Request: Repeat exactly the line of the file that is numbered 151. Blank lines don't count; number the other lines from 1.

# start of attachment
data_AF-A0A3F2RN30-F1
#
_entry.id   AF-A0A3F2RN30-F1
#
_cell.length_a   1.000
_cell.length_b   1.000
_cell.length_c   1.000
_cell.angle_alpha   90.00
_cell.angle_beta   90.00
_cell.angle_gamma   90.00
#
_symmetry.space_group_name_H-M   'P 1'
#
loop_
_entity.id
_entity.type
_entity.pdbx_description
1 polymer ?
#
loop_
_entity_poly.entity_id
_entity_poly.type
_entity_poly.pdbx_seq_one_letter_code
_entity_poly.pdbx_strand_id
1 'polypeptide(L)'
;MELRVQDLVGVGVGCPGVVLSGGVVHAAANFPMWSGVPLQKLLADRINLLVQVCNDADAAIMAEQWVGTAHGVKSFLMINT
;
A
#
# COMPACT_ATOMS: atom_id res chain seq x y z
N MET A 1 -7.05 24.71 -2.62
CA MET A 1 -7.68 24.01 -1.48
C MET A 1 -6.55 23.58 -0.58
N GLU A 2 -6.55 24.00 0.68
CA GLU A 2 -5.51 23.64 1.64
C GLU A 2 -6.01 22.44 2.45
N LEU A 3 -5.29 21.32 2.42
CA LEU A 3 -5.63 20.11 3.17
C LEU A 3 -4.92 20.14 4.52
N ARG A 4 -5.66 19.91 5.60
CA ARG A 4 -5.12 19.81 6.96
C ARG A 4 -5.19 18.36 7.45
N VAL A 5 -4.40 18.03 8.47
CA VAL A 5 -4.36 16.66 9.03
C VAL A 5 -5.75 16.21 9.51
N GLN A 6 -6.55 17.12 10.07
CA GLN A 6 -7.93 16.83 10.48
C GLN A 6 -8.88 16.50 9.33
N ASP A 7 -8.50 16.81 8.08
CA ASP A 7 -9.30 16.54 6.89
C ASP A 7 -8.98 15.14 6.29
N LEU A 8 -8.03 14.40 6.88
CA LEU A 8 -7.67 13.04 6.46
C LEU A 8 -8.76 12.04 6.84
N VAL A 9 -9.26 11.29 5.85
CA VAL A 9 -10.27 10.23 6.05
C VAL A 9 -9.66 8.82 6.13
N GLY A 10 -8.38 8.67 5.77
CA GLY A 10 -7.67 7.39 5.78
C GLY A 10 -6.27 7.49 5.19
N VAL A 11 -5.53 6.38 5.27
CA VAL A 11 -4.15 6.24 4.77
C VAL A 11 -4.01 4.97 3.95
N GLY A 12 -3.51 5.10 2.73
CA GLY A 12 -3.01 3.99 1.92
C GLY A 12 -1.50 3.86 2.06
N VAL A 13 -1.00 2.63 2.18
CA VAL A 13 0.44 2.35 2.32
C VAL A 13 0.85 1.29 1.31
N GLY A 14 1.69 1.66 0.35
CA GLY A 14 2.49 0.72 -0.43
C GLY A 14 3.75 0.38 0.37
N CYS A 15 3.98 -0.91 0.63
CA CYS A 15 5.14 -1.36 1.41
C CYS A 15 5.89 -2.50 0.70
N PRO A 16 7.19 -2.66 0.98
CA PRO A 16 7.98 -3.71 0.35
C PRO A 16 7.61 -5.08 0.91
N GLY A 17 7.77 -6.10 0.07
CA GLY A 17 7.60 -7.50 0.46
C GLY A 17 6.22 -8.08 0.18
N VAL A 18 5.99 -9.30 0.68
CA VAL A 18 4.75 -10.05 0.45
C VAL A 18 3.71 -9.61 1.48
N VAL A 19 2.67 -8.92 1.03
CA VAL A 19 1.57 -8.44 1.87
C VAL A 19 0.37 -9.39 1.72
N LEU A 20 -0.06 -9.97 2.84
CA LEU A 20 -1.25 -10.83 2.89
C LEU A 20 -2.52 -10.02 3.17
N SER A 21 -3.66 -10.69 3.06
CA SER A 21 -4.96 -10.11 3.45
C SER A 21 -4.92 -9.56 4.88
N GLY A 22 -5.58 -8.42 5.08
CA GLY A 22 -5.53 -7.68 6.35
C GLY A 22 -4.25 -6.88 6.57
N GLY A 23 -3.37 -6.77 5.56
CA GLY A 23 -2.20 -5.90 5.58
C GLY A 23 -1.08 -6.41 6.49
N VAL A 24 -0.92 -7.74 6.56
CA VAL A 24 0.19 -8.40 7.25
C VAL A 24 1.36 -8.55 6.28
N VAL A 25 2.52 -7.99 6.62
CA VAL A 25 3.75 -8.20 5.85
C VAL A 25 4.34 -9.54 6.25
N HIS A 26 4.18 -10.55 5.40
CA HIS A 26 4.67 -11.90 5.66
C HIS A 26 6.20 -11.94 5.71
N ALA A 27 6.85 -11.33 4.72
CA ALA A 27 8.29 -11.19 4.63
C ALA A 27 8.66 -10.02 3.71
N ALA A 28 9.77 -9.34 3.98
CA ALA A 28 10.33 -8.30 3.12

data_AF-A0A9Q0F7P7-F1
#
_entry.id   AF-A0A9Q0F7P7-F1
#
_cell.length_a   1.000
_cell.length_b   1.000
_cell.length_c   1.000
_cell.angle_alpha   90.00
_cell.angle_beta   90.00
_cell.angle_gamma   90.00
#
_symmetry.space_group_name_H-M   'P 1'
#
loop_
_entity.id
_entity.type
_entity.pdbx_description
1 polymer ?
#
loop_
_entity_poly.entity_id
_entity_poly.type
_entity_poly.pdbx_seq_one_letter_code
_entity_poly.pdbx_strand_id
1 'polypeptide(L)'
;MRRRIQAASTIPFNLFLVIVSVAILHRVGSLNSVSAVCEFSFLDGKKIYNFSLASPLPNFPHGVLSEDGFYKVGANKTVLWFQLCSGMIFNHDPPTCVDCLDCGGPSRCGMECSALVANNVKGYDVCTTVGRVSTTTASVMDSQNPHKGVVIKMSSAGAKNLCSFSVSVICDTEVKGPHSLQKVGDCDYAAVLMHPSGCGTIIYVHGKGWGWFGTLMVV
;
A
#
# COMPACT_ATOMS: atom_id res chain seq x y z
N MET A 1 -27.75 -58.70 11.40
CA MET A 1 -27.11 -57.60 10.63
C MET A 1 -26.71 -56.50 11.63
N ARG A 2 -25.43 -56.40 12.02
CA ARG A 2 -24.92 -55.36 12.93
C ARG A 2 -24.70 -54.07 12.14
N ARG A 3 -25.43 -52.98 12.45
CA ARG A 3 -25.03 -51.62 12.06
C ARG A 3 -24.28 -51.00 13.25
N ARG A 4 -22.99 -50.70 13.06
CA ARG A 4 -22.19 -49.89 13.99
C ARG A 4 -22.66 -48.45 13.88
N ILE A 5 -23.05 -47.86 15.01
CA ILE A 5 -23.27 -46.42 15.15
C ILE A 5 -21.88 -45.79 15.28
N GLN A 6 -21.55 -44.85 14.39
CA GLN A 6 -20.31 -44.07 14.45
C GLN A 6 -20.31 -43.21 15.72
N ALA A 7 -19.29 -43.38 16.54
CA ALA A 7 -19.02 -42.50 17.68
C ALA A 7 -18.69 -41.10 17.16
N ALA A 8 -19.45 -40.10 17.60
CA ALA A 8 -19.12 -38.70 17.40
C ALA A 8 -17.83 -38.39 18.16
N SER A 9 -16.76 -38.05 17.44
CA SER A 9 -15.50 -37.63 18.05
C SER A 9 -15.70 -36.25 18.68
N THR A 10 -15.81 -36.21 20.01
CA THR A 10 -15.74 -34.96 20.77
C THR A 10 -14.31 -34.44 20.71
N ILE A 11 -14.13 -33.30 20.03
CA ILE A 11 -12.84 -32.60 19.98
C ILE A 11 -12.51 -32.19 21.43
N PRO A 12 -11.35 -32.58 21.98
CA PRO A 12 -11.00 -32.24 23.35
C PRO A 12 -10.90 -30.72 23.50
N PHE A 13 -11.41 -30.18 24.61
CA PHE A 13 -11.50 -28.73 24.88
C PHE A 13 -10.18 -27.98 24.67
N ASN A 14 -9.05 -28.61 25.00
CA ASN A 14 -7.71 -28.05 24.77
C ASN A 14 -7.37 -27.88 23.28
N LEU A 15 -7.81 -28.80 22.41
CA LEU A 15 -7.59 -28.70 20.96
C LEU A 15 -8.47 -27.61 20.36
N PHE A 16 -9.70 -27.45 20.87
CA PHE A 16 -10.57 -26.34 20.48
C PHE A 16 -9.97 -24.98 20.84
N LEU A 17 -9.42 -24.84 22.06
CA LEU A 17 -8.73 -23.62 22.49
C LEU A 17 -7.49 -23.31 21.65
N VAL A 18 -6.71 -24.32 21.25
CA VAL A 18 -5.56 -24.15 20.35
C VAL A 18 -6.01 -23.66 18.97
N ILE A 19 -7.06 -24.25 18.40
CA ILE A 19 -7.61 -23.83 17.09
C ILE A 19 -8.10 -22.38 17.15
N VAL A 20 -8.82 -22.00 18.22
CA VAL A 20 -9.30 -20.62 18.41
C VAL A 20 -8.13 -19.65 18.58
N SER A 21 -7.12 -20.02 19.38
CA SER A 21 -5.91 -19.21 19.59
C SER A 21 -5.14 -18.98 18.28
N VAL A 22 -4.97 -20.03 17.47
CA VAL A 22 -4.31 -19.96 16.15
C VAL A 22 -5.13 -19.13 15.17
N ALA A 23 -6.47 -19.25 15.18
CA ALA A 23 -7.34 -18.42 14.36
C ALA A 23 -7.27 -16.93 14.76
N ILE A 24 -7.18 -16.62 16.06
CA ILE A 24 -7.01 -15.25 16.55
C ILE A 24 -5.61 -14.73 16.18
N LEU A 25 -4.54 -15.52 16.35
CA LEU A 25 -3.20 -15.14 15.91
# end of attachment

CA ARG A 3 -25.03 -51.62 12.06